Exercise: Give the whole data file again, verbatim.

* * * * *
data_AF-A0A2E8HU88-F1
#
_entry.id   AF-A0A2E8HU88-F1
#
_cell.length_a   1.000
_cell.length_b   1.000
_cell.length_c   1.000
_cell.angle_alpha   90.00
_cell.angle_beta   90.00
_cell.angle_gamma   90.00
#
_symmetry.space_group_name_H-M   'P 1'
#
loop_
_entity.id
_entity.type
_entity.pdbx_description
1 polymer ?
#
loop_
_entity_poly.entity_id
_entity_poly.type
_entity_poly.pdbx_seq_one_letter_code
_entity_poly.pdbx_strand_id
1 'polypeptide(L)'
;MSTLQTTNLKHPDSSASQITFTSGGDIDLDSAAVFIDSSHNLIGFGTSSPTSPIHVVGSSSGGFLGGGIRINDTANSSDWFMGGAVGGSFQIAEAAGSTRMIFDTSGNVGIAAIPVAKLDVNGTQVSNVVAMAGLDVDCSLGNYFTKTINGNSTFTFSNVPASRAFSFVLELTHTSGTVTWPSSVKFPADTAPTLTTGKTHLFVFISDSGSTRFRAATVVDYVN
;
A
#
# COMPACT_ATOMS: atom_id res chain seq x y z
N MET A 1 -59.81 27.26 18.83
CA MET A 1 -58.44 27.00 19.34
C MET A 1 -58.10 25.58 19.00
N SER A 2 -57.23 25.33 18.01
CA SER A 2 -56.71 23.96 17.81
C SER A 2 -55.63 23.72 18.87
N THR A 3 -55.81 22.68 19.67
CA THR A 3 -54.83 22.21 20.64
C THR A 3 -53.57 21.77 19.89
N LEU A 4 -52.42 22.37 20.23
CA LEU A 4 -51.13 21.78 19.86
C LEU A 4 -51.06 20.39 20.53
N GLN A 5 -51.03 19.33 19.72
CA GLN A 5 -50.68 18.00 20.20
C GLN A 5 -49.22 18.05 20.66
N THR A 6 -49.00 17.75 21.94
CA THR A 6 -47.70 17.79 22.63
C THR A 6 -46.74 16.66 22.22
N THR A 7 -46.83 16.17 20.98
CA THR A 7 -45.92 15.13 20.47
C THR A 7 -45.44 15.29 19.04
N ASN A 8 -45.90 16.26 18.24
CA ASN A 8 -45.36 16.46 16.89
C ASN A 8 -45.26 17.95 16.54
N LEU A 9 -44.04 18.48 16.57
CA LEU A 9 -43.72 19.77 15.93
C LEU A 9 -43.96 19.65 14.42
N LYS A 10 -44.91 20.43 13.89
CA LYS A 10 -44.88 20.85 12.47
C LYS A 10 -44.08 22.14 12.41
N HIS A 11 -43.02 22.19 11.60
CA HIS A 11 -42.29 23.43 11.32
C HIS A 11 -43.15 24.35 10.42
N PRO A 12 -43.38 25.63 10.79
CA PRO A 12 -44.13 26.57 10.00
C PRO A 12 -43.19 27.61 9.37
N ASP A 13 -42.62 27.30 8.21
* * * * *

data_AF-A0A2E8HU88-F1
#
_entry.id   AF-A0A2E8HU88-F1
#
_cell.length_a   1.000
_cell.length_b   1.000
_cell.length_c   1.000
_cell.angle_alpha   90.00
_cell.angle_beta   90.00
_cell.angle_gamma   90.00
#
_symmetry.space_group_name_H-M   'P 1'
#
loop_
_entity.id
_entity.type
_entity.pdbx_description
1 polymer ?
#
loop_
_entity_poly.entity_id
_entity_poly.type
_entity_poly.pdbx_seq_one_letter_code
_entity_poly.pdbx_strand_id
1 'polypeptide(L)'
;MSTLQTTNLKHPDSSASQITFTSGGDIDLDSAAVFIDSSHNLIGFGTSSPTSPIHVVGSSSGGFLGGGIRINDTANSSDWFMGGAVGGSFQIAEAAGSTRMIFDTSGNVGIAAIPVAKLDVNGTQVSNVVAMAGLDVDCSLGNYFTKTINGNSTFTFSNVPASRAFSFVLELTHTSGTVTWPSSVKFPADTAPTLTTGKTHLFVFISDSGSTRFRAATVVDYVN
;
A
#
# COMPACT_ATOMS: atom_id res chain seq x y z
N MET A 1 -59.81 27.26 18.83
CA MET A 1 -58.44 27.00 19.34
C MET A 1 -58.10 25.58 19.00
N SER A 2 -57.23 25.33 18.01
CA SER A 2 -56.71 23.96 17.81
C SER A 2 -55.63 23.72 18.87
N THR A 3 -55.81 22.68 19.67
CA THR A 3 -54.83 22.21 20.64
C THR A 3 -53.57 21.77 19.89
N LEU A 4 -52.42 22.37 20.23
CA LEU A 4 -51.13 21.78 19.86
C LEU A 4 -51.06 20.39 20.53
N GLN A 5 -51.03 19.33 19.72
CA GLN A 5 -50.68 18.00 20.20
C GLN A 5 -49.22 18.05 20.66
N THR A 6 -49.00 17.75 21.94
CA THR A 6 -47.70 17.79 22.63
C THR A 6 -46.74 16.66 22.22
N THR A 7 -46.83 16.17 20.98
CA THR A 7 -45.92 15.13 20.47
C THR A 7 -45.44 15.29 19.04
N ASN A 8 -45.90 16.26 18.24
CA ASN A 8 -45.36 16.46 16.89
C ASN A 8 -45.26 17.95 16.54
N LEU A 9 -44.04 18.48 16.57
CA LEU A 9 -43.72 19.77 15.93
C LEU A 9 -43.96 19.65 14.42
N LYS A 10 -44.91 20.43 13.89
CA LYS A 10 -44.88 20.85 12.47
C LYS A 10 -44.08 22.14 12.41
N HIS A 11 -43.02 22.19 11.60
CA HIS A 11 -42.29 23.43 11.32
C HIS A 11 -43.15 24.35 10.42
N PRO A 12 -43.38 25.63 10.79
CA PRO A 12 -44.13 26.57 10.00
C PRO A 12 -43.19 27.61 9.37
N ASP A 13 -42.62 27.30 8.21